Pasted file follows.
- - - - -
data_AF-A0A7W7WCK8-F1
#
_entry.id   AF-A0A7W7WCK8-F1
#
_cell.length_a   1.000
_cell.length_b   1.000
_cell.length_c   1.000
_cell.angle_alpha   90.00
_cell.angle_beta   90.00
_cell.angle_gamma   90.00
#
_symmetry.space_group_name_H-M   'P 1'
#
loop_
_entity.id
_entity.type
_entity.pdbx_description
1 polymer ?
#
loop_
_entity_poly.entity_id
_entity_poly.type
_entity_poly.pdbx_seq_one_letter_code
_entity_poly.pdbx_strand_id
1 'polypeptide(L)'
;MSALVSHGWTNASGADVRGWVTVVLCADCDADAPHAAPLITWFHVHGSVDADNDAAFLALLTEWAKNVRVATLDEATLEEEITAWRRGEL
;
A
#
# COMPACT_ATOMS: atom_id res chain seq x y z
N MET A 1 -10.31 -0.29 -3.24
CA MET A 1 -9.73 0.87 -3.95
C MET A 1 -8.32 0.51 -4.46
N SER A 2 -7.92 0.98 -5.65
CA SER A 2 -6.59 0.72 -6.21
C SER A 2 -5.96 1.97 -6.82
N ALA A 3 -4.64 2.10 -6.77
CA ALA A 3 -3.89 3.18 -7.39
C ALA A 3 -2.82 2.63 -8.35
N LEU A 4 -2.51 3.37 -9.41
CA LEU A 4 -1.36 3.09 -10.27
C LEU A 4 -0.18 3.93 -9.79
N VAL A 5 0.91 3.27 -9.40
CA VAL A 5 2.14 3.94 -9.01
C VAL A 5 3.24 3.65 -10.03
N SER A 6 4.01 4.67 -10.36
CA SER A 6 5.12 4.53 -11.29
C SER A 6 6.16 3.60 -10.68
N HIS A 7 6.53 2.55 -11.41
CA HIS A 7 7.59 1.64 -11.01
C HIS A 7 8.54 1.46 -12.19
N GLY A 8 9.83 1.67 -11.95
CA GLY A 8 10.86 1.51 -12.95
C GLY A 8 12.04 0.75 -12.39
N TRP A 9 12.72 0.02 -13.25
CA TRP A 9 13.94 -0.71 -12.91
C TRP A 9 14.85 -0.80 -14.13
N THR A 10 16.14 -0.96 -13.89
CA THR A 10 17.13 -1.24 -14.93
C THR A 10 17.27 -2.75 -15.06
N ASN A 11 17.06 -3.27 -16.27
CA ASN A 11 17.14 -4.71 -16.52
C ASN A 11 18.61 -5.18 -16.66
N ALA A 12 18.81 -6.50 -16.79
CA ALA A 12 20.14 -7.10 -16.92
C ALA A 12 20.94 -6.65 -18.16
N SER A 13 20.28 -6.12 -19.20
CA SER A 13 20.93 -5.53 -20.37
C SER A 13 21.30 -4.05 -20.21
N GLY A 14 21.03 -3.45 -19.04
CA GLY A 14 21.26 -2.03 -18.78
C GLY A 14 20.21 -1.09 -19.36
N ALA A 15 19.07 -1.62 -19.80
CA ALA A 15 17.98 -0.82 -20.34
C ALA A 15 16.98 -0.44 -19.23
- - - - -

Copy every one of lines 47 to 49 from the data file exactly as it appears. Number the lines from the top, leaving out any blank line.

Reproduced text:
CA SER A 6 5.12 4.53 -11.29
C SER A 6 6.16 3.60 -10.68
N HIS A 7 6.53 2.55 -11.41